Deer farms - Overview of electric fencing and weighing and electronic identification (EID) systems
Saturday, 01 January, 2022
Whether farming for venison, velvet, or stud breeding, electric fencing, weighing, and electronic identification (EID) systems have a significant positive impact on supporting your farming management.
Deer farming systems are based on the same pastoral management principles as those used in sheep and beef systems.
Boundary fencing systems and other key laneways etc are typically constructed from conventional netting fences at least 1.9m high by law although the recommendation is 2m. Permanent internal subdivisions however can be achieved with smooth wire six strand high tensile fences 1.5 m tall. Electric fencing lowers fencing costs enabling more subdivision and better management.
Unlike other livestock, deer feed intake varies dramatically across seasons in response to the length of days – when the days are longer during spring and summer it is high and during autumn and winter it drops off. Originally from colder or temperate climates it’s a characteristic that has developed over several thousands of years in order to survive the sparser months.
Feed programme and its effect on breeding
Balancing pasture supply and demand with these unique requirements is a challenge. Rapid grass growth during spring outstrips the deer’s needs but when the hot dry weather kicks in in summer the grass growth drops off. Unfortunately this also ties in with high feed demands since most hinds will be lactating having had their calves in late spring. The deer’s reproductive cycle is heavily affected by day length as well so it’s difficult to shift the pattern to an earlier calving season when spring grass growth is strong.
Whilst portable electric fencing is a critical tool for pasture allocation on deer farms, it is perhaps even more important to sub divide the crops that farmers are using to keep weight on the hinds in particular during this time. These supplementary feeds also support the rapid weight gain needed to achieve adequate carcass weight when the peak market demand occurs in offshore markets. Such systems require four or five wire tape or braid fencing and sufficient power to keep control in the presence of considerable vegetation. Large portable 12V and solar energizers are specifically designed to overcome this challenge.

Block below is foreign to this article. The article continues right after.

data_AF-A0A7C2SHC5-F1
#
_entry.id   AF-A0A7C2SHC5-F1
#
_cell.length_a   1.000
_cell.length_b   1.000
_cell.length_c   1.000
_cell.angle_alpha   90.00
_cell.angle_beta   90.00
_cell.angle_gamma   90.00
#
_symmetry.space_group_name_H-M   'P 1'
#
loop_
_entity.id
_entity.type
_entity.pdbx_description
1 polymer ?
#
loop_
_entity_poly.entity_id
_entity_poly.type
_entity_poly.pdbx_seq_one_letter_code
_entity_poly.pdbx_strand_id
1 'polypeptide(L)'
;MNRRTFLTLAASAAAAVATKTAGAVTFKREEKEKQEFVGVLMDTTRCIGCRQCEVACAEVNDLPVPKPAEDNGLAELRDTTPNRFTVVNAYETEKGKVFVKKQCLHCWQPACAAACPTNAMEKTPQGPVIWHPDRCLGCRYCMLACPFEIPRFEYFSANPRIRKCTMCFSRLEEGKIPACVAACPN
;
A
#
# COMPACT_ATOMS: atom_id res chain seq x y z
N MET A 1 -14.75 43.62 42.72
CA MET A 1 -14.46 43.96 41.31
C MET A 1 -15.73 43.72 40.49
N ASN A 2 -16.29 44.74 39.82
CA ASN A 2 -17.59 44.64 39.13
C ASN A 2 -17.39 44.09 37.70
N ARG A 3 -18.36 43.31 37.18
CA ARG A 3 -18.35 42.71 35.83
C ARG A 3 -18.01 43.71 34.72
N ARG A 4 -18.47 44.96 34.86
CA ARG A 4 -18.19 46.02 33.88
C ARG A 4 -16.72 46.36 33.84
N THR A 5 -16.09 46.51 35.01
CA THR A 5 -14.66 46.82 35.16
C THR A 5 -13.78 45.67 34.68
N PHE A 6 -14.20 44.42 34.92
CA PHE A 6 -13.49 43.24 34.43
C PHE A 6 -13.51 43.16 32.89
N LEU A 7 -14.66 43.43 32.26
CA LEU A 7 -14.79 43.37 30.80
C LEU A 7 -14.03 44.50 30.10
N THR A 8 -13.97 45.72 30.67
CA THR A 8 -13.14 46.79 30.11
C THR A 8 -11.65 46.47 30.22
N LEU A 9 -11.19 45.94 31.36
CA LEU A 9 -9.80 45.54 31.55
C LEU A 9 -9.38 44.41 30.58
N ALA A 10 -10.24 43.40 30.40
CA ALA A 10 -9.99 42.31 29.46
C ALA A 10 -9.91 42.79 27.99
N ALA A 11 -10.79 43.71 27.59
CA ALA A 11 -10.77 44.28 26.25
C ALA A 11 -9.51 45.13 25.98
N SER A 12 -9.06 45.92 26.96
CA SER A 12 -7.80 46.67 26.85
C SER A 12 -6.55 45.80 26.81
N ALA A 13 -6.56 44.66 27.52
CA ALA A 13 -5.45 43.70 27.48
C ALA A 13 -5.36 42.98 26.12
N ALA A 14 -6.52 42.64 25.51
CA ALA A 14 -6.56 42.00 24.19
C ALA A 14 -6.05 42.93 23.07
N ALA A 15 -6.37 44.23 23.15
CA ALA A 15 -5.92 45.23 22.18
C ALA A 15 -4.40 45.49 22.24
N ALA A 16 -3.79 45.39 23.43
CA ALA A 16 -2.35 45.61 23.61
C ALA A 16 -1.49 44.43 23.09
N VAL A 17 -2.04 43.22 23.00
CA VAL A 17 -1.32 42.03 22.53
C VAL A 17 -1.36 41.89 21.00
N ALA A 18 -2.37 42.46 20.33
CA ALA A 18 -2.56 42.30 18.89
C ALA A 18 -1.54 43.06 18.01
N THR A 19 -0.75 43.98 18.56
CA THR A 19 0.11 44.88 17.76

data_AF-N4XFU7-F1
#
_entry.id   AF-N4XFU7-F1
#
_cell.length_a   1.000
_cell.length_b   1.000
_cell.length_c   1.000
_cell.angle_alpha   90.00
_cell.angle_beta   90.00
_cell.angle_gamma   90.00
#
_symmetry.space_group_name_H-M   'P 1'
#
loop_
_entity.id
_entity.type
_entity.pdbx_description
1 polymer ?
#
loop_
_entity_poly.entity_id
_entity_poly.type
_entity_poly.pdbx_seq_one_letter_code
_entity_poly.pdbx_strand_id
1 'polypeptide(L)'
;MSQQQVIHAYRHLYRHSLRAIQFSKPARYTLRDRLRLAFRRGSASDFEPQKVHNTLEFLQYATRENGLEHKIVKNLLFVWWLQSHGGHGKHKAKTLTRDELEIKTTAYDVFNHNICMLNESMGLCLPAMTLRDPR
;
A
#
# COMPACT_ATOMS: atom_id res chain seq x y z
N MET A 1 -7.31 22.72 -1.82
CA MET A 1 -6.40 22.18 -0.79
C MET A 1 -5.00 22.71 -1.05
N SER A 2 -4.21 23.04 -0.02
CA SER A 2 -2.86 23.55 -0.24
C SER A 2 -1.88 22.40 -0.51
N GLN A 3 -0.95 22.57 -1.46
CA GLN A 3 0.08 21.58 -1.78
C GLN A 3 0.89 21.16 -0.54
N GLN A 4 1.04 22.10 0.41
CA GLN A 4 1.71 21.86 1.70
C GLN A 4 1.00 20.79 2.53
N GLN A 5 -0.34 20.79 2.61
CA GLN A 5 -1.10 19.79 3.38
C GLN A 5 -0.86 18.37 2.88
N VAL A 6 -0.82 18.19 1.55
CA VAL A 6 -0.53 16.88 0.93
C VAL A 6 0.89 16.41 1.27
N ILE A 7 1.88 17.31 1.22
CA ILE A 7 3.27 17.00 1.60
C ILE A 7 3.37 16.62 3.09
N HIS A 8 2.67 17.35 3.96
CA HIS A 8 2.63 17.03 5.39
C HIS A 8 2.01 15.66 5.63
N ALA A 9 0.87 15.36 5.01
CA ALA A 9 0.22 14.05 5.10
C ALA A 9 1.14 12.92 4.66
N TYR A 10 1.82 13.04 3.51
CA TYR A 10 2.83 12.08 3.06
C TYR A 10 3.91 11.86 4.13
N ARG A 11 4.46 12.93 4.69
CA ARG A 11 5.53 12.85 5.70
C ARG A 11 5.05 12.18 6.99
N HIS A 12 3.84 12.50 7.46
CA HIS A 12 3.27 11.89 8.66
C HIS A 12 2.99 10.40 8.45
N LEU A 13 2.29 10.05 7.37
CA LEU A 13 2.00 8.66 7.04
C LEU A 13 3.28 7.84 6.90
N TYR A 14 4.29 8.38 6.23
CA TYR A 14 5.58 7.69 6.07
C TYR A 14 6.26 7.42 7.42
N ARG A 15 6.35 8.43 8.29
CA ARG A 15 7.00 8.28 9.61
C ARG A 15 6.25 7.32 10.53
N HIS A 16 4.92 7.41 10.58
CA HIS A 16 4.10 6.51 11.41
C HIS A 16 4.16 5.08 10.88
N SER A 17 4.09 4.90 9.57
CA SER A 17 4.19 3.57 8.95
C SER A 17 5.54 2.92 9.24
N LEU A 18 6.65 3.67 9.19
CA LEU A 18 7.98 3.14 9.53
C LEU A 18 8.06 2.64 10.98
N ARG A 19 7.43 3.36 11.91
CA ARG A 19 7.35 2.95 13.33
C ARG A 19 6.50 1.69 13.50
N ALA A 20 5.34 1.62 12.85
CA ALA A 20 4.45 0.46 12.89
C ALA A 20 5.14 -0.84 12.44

As with other livestock breeds female weight during mating is strongly linked to successful conception rate. With deer since the signals to mate are also affected by day length there is a very narrow window to ensure that hinds recover body weight lost during lactation in order to start cycling in time for the rut.
Pre-rut weaning is more common but since this has an effect on calf growth during winter there is a balance between meat production and subsequent season conception rates.
Developing a high performance breeding herd over time that consistently achieves top conception rates and produces quality fawns at weaning requires a strong recording and analysis management programme. Hinds that struggle to get in-fawn at the right time, have trouble fawning or mothering effectively are candidates for replacement. Recording of these factors based on an Electronic ID system provides the most effective and accurate means for quality decision-making around the hind herd. Such a system requires a mobile reading and data capture device and an EID capable weigh scale system.
Venison meat production
Finishing deer requires good feed management practices to achieve the desired weights and condition at the right time. The major market demand occurs in a very narrow time window. Accurate finishing is critical to ensuring animals meet market requirements and achieve adequate carcass weight. Regular weighing provides the information to project where the various mobs will be at future points in time as well as compare different feed sources vs conversion rates. Selection for slaughter based on weighing reduces surprises on the kill sheet, avoids penalties and enables return on each animal to meet targets.
Other farm profitability factors
Clean reliable water supply delivered to the grazing area is critical for stock water demands on pastoral farms. Water reticulation systems need to have sufficient flow capacity and storage to even out the peaks in demand over the season. Gallagher water level monitoring systems help farmers to monitor their storage levels and to identify any problems before water supply is exhausted.
Labour efficiency on farm is another key driver of profitability. Semi-automatic weighing and drafting is becoming a vital resource for average sized deer producers. The initial capital investment cost in this type of equipment is far outweighed by the benefits gained in time and data capture accuracy that enables a higher quality of and confidence in profitable farm management decisions.